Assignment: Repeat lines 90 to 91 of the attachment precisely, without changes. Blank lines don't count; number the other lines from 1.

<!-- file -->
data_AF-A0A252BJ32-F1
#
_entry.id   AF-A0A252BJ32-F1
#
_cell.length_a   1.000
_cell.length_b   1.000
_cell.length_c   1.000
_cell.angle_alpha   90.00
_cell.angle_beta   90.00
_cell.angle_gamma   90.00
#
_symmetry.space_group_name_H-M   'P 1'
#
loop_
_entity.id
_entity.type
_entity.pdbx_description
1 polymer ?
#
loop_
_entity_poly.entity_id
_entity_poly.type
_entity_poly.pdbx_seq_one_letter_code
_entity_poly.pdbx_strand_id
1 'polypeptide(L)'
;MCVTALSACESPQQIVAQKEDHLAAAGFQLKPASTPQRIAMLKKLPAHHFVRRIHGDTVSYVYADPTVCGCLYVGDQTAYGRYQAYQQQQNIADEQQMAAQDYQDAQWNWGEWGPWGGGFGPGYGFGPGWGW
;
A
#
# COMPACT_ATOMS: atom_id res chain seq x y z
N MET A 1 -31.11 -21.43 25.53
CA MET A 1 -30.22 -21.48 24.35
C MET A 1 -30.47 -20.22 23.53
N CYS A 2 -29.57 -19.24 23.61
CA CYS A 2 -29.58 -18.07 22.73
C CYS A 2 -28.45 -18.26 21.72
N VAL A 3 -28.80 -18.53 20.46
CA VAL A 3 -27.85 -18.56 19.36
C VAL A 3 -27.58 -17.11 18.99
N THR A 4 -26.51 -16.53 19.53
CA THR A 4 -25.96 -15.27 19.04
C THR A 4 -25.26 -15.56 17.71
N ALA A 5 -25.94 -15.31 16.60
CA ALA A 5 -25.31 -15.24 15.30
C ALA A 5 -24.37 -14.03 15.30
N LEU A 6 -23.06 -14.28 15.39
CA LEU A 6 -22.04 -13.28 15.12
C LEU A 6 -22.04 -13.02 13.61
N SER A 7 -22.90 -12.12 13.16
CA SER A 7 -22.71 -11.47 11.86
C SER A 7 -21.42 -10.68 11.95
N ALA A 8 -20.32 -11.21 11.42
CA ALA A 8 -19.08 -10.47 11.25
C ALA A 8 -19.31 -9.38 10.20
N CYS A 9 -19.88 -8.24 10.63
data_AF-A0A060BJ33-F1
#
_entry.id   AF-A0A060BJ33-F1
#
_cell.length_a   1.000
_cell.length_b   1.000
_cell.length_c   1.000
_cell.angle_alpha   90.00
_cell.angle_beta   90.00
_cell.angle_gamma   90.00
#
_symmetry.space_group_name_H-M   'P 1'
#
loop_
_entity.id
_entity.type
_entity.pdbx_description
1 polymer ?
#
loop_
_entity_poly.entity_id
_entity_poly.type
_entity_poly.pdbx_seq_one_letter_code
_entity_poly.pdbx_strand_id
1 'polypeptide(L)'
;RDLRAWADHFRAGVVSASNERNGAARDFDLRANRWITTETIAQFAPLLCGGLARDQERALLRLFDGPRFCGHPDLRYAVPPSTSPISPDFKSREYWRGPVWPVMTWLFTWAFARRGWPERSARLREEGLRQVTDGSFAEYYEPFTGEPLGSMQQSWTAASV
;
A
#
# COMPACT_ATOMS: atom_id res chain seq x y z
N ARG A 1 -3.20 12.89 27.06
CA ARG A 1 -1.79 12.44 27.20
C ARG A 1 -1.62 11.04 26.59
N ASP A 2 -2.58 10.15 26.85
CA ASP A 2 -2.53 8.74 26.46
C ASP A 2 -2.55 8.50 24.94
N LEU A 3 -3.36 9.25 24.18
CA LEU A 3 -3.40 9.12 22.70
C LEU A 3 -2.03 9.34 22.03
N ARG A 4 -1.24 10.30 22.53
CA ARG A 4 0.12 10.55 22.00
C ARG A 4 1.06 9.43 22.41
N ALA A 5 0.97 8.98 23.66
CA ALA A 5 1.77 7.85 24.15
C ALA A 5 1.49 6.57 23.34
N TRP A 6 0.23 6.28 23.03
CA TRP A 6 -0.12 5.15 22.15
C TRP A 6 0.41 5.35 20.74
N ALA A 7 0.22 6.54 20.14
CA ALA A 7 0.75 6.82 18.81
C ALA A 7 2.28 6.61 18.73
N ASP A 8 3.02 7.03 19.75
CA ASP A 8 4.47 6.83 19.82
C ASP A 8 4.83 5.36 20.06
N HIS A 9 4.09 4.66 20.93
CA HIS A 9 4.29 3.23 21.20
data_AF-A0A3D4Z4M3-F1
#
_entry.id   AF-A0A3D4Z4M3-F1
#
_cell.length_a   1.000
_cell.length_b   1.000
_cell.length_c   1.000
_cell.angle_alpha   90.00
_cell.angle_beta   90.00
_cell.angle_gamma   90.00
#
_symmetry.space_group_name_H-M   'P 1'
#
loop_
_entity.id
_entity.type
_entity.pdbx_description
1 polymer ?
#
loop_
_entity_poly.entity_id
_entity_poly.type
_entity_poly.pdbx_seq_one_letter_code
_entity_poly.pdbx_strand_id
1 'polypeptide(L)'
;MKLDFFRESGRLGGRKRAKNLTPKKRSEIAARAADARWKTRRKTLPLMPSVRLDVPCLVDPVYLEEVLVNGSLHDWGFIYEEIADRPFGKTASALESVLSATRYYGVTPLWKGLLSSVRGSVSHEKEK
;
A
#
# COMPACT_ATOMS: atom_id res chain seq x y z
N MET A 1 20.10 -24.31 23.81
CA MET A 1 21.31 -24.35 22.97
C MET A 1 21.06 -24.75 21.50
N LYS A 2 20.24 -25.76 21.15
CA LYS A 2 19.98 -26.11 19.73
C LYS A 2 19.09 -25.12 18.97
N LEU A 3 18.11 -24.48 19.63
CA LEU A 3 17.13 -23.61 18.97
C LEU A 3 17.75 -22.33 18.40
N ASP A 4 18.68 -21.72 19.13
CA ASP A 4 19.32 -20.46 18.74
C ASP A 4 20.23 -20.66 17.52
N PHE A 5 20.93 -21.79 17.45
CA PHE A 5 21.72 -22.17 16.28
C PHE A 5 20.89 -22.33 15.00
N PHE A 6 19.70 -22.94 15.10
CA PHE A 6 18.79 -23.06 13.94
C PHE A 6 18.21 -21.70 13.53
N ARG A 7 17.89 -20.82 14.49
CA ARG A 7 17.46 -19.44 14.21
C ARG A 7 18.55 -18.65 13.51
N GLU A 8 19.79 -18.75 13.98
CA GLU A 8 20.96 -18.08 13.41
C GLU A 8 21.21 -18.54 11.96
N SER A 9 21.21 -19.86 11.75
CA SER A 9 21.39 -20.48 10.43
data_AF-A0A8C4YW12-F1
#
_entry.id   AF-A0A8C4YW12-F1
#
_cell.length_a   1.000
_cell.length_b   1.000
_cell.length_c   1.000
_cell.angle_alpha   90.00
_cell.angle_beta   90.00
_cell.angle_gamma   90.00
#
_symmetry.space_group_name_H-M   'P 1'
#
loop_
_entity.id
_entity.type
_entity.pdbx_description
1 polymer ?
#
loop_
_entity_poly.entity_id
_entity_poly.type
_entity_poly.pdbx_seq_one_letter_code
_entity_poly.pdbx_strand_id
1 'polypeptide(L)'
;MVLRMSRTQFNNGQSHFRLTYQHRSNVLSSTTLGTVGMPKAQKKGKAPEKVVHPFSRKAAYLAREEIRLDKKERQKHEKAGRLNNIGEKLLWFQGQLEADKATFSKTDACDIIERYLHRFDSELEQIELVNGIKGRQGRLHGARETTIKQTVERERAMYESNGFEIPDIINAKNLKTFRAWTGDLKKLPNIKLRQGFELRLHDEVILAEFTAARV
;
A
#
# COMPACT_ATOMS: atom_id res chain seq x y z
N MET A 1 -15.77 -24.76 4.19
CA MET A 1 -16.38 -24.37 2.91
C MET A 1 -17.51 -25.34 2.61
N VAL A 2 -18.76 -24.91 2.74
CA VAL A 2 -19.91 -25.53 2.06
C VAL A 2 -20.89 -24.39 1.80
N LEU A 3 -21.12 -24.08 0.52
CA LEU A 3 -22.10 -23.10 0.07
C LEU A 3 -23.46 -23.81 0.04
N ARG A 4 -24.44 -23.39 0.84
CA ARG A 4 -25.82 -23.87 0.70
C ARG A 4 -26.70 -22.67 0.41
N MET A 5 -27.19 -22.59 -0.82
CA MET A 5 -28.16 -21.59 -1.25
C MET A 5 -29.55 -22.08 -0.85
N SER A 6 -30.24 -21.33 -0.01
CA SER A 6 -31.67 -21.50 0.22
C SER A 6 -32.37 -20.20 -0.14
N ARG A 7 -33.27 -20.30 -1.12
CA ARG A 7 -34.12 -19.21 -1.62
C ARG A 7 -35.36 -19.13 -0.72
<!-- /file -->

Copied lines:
CA ASP A 2 -2.53 8.74 26.46
C ASP A 2 -2.55 8.50 24.94